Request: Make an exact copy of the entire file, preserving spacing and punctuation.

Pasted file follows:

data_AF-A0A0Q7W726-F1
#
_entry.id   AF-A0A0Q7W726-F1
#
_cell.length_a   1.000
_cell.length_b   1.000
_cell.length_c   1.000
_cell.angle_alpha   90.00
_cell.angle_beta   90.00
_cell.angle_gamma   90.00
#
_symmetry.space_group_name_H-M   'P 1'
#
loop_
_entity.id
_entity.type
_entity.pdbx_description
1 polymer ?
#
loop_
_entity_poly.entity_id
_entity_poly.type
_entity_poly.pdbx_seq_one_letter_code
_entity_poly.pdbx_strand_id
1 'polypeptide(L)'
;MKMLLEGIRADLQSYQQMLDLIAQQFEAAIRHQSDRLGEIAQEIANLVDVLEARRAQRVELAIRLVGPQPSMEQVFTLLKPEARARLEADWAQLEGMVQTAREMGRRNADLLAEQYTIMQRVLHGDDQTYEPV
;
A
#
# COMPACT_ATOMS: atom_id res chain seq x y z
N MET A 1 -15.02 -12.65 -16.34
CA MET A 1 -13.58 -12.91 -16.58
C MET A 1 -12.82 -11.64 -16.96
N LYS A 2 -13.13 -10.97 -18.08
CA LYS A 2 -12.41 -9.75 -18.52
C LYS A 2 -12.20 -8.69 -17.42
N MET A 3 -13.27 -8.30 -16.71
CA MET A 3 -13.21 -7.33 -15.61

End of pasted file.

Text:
data_AF-A0A0Q7W726-F1
#
_entry.id   AF-A0A0Q7W726-F1
#
_cell.length_a   1.000
_cell.length_b   1.000
_cell.length_c   1.000
_cell.angle_alpha   90.00
_cell.angle_beta   90.00
_cell.angle_gamma   90.00
#
_symmetry.space_group_name_H-M   'P 1'
#
loop_
_entity.id
_entity.type
_entity.pdbx_description
1 polymer ?
#
loop_
_entity_poly.entity_id
_entity_poly.type
_entity_poly.pdbx_seq_one_letter_code
_entity_poly.pdbx_strand_id
1 'polypeptide(L)'
;MKMLLEGIRADLQSYQQMLDLIAQQFEAAIRHQSDRLGEIAQEIANLVDVLEARRAQRVELAIRLVGPQPSMEQVFTLLKPEARARLEADWAQLEGMVQTAREMGRRNADLLAEQYTIMQRVLHGDDQTYEPV
;
A
#
# COMPACT_ATOMS: atom_id res chain seq x y z
N MET A 1 -15.02 -12.65 -16.34
CA MET A 1 -13.58 -12.91 -16.58
C MET A 1 -12.82 -11.64 -16.96
N LYS A 2 -13.13 -10.97 -18.08
CA LYS A 2 -12.41 -9.75 -18.52
C LYS A 2 -12.20 -8.69 -17.42
N MET A 3 -13.27 -8.30 -16.71
CA MET A 3 -13.21 -7.33 -15.61